Thus entrepreneurship, not prepperism, not only makes everyone materially wealthier (and perhaps even healthier) – but can potentially dismantle the state. I am not saying you personally should take out a small business loan or mortgage your home tomorrow. But it certainly wouldn’t hurt to have some more non-poor libertarians running around.
Bob the tool: “Oh I hate the state, I don’t want to produce anything until the state is gone.”
Guapo: “But can’t you change the state by generating more wealth than it taxes?”
Bob the tool: “I don’t want to give them another red cent.”
[3 months later]
Bob the tool: “Oh for effs sake, why doesn’t the state GTFO and die already?”
Guapo: “You haven’t worked for 3 months and yet the state still exists?”
Bob the tool: “Well at least I helped starve the state!”
Guapo: “You actually just starved your family.”
What I am suggesting is that libertarians be encouraged to do something different, earn more, make more, create more wealth. The only downside is everyone is materially wealthier than before. Yet for some reason this is not being advocated to the degree prepperism and collapsism are. Many libertarian sites this past year have been filled with what at times has become vapid counterproductive motivations to push specific political candidates: yet accomplished almost nothing compared with say, Google.
For as good as libertarians are good at quoting Bastiat’s parable of the broken window, let us look at the practical question of: what are the alternative productive uses that could have been done with the millions of dollars that were donated to push specific candidates? You could have a least bought shares in The World, perhaps even created an offshore Blueseed concept.
The forum conversation continues
One of the comments some libertarians state when you ask them “why don’t you start a new company?”
Bob the tool: “but the state will tax it away!”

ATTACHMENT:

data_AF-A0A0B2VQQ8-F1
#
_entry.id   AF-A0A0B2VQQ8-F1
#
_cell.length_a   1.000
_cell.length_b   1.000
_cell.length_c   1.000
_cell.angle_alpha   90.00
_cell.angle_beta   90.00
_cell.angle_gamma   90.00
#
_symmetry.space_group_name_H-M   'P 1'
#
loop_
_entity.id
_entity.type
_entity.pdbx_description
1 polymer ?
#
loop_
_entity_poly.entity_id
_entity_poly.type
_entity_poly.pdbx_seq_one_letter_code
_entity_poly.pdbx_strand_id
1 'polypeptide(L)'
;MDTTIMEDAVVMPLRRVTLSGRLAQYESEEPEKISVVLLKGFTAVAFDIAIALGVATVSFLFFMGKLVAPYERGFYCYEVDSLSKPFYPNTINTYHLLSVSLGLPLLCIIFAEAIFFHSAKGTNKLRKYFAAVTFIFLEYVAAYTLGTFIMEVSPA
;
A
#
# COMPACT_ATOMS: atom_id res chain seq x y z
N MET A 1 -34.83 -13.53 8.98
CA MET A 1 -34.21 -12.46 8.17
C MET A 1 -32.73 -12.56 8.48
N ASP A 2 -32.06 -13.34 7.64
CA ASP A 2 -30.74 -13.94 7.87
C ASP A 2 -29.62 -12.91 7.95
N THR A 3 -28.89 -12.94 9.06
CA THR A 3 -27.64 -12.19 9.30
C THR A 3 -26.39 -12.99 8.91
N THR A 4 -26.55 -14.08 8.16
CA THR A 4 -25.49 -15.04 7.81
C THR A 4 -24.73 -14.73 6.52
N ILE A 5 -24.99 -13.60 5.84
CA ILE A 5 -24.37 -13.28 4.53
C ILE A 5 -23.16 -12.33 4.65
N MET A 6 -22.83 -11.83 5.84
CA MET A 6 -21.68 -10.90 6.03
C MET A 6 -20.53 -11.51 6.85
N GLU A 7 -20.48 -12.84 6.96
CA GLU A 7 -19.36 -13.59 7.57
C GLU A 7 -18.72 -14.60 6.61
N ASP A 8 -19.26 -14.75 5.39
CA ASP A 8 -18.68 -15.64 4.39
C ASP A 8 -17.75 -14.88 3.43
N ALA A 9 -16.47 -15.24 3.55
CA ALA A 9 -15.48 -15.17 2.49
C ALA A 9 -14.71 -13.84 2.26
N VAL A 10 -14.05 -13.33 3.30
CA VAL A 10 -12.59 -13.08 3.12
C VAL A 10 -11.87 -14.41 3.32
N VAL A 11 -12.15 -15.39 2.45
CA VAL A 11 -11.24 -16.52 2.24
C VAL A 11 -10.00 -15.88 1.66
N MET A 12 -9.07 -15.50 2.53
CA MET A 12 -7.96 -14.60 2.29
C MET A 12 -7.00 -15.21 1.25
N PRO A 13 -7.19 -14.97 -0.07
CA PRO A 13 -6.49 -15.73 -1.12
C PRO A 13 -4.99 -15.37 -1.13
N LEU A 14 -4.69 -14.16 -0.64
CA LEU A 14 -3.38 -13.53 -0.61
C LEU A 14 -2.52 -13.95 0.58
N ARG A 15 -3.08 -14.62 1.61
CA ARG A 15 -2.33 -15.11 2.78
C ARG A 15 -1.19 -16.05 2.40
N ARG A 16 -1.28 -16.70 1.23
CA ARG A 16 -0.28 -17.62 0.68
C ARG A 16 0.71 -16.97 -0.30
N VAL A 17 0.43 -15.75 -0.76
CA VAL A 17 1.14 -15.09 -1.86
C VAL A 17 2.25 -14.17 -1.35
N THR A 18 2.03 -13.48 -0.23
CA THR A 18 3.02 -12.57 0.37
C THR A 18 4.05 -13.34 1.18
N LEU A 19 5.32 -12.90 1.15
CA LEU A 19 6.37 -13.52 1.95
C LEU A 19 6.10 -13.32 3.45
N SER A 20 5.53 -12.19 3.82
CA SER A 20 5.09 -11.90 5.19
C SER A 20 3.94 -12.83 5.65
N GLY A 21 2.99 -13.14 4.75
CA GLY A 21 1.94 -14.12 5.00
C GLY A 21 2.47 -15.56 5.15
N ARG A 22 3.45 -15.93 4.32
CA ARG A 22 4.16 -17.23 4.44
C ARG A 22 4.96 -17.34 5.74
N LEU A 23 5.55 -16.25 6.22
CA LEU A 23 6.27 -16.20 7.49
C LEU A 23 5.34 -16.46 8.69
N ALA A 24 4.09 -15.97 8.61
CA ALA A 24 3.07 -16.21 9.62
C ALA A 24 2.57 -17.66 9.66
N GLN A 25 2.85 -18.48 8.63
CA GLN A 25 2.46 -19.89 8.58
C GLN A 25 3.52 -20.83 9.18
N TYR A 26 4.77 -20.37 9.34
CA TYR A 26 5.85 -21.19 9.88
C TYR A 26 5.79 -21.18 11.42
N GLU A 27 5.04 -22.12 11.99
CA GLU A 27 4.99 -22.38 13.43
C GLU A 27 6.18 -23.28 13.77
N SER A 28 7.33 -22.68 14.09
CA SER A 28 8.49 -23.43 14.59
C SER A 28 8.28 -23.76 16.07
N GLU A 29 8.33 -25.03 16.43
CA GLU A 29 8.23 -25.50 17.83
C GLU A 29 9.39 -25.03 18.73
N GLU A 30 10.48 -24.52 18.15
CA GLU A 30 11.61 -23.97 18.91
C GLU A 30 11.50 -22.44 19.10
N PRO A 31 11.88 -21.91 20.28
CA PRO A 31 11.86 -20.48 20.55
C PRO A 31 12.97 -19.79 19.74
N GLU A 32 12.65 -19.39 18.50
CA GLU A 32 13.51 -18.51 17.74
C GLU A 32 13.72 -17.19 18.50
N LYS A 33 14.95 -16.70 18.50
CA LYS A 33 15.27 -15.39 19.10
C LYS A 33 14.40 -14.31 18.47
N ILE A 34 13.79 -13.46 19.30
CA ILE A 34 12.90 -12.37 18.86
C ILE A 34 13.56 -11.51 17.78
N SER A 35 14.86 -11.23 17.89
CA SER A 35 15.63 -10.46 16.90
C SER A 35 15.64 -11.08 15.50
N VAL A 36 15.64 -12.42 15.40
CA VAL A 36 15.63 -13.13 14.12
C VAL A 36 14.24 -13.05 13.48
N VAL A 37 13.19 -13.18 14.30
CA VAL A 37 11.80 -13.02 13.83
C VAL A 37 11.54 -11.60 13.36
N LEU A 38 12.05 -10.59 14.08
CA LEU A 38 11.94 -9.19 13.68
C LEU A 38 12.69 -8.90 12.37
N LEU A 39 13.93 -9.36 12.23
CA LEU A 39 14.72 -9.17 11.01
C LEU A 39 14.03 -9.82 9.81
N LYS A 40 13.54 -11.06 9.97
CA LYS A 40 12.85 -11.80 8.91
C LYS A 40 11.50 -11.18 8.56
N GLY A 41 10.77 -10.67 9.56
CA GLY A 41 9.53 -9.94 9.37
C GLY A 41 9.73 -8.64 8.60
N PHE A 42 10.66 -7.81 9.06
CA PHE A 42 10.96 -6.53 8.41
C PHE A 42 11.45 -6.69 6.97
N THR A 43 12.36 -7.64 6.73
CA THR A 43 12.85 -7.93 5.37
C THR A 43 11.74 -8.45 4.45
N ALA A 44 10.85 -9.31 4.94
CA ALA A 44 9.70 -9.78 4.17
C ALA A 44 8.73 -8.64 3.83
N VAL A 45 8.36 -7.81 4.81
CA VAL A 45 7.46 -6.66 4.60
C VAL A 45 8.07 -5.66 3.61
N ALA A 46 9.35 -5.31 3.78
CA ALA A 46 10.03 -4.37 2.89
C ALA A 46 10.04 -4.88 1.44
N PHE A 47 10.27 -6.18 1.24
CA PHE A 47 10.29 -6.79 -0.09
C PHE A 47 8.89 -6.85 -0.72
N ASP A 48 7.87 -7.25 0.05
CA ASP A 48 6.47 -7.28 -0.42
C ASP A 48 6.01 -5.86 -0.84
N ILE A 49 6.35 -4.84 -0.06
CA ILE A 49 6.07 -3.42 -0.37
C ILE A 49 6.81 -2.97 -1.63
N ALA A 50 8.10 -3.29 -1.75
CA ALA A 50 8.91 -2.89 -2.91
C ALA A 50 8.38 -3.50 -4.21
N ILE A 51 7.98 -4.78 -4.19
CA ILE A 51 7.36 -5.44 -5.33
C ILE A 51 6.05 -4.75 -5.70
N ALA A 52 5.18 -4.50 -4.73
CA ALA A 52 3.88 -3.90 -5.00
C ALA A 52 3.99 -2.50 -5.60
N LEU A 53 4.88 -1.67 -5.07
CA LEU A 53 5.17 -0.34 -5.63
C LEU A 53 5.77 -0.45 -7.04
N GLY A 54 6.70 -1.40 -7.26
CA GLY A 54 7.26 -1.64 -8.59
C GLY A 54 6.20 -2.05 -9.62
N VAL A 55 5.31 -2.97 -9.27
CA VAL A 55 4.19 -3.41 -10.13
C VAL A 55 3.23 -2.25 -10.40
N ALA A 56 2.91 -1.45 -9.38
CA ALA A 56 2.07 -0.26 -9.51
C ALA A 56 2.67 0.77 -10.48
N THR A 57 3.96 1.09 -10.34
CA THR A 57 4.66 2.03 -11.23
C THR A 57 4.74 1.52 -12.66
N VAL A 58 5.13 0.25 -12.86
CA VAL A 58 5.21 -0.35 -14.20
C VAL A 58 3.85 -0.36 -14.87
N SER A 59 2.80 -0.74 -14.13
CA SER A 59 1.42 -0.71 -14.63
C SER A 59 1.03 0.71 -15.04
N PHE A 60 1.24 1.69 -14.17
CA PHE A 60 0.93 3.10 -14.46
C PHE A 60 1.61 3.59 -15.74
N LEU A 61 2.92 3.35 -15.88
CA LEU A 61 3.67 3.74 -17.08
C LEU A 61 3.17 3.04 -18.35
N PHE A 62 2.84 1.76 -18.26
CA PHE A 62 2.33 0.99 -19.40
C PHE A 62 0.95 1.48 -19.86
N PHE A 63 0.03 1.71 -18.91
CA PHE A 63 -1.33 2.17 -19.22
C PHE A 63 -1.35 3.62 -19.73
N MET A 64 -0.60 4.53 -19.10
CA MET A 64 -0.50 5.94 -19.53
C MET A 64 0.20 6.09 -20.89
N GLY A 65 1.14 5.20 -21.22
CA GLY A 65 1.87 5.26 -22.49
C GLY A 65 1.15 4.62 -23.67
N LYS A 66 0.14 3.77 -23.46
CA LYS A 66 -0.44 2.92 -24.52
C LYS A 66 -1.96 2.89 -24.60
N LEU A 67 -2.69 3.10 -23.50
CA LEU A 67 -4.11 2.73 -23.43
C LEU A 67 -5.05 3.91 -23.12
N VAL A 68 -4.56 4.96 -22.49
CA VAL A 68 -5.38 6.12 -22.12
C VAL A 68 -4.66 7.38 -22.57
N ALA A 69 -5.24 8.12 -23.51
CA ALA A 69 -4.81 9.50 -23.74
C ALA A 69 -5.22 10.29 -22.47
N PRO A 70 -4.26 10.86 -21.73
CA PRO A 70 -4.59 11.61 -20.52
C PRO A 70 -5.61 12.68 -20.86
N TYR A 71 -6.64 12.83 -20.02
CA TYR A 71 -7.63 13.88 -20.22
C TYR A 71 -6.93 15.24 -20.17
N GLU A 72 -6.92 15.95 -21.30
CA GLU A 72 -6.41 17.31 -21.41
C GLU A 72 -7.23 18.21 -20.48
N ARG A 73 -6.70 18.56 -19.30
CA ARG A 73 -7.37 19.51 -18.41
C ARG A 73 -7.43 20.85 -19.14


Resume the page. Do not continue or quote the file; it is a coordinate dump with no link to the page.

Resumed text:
Guapo: “but if you’re successful, it won’t matter, you will have much more money in aggregate.”
Bob the tool: “I don’t want to give another cent to the state.”
So they’ll take a menial job or work in the “black” or “shadow” market so they can avoid taxes. Thus giving them subsistence wages yet having made zero impact to the tax regime or the state purse. Yet they justify this by telling themselves “yea, the imperialist state has one less cent from me to use, I am starving it!” And then posts such self-delusions on forums and libertarian websites — filled with other such self-delusioned tools.
Whereas if you acknowledge that sure, the state sucks but griping about non-stop it won’t change it. You can start a company, build it up — get taxed in the process — and eventually become relatively wealthier. Then perhaps you can influence the tax rates or whatever your first-strike against statism is.
Again, for all the talk about Bastiat’s lessons on opportunity costs, many libertarians don’t take the same principles and apply it to their careers.
Unplug yourself from the drug of collapsaholicism, apocaholicism, revolutionism, prepperism. Remove yourself from newsletters and twitter feeds that do not teach you how to be better entrepreneurs and businesspersons. Just like an alcholic stays sober by not drinking so to can you actually create a better world instead of continuously griping about the one you have. It could always be worse. And despite the rhetoric of some libertarian thought-leaders, today’s relative morass is not all the state’s fault. Government debt isn’t stopping you from creating a new part-time job for yourself in your abode. Beat the state by out-producing it.
The sound of one hand clapping
Starting right now, don’t be a negative Nancy or a Debbie downer — the state is not going to collapse because you merely want it to.
There are lots of small jobs you can start-up without much investment — maybe after a few months, you can be the 44% that doesn’t fail.
And to help motivate you, let us part with the following neo-proverb. At the beginning of the reform and opening up in late 1978 when China’s GDP was a mere $10 billion, Deng purportedly said: “to get rich is glorious.” What he actually probably said was “to gain wealth is glorious” in terms of knowledge and material, but the message is clear: living in Hobbesian subsistence is for the pre-industrial, stone age third world. And also for preppers, wanna-be revolutionaries and keyboard commandos (like Fatbeard).
If alcoholics go to rehab, then consider this an intervention and your first day of doomsday sobriety. These guys are your support group.
Go get ‘em tiger.
[Special thanks to Matt Mortellaro for his comments and suggestions. Recovering collapsaholics are also encouraged to peruse: Apocalypse Not, The NASA Scientist Who Answers Your 2012 Apocalypse Emails, A Year After the Non-Apocalypse, and Why Credit Deflation is More Likely than Mass Inflation]